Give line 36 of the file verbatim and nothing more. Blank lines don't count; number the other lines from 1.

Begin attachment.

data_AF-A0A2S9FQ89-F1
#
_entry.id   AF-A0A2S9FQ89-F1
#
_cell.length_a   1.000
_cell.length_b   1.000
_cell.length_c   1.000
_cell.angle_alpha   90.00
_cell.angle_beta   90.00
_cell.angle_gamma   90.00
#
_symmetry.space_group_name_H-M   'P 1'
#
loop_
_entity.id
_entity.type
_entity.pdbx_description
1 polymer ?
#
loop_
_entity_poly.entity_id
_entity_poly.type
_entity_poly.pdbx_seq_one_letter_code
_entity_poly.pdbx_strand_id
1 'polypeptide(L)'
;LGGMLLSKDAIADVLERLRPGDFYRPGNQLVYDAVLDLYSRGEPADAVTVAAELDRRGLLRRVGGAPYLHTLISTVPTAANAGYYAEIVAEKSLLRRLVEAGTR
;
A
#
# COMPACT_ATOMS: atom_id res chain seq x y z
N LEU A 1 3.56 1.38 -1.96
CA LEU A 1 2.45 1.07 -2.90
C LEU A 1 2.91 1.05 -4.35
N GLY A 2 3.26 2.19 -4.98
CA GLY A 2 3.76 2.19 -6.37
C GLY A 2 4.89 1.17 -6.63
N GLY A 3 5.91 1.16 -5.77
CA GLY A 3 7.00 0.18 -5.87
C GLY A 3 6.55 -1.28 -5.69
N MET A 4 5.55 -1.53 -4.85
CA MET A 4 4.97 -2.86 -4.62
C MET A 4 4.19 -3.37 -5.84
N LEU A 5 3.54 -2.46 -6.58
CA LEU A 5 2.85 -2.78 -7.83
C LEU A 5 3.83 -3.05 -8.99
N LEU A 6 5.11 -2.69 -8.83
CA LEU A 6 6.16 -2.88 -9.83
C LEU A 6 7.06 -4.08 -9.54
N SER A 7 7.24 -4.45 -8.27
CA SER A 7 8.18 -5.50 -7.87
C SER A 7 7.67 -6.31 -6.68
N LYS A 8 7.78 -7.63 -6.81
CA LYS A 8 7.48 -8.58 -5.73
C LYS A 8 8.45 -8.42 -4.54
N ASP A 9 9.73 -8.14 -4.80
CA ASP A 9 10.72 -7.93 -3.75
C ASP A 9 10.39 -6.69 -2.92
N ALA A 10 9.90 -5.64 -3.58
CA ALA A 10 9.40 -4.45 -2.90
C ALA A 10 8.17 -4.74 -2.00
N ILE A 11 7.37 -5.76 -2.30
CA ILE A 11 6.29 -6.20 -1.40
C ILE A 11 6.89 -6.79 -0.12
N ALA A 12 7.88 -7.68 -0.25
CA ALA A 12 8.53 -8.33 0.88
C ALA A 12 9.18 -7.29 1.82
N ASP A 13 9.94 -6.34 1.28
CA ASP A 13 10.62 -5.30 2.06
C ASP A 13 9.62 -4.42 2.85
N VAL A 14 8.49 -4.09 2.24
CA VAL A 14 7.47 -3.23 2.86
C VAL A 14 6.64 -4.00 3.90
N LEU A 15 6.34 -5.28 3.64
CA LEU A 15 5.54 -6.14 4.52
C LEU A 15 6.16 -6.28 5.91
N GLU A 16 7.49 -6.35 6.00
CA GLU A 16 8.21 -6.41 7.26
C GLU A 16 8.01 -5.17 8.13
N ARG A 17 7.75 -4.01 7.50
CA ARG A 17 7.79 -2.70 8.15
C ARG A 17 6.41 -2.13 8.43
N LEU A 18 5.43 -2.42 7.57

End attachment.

C GLY A 2 4.89 1.17 -6.63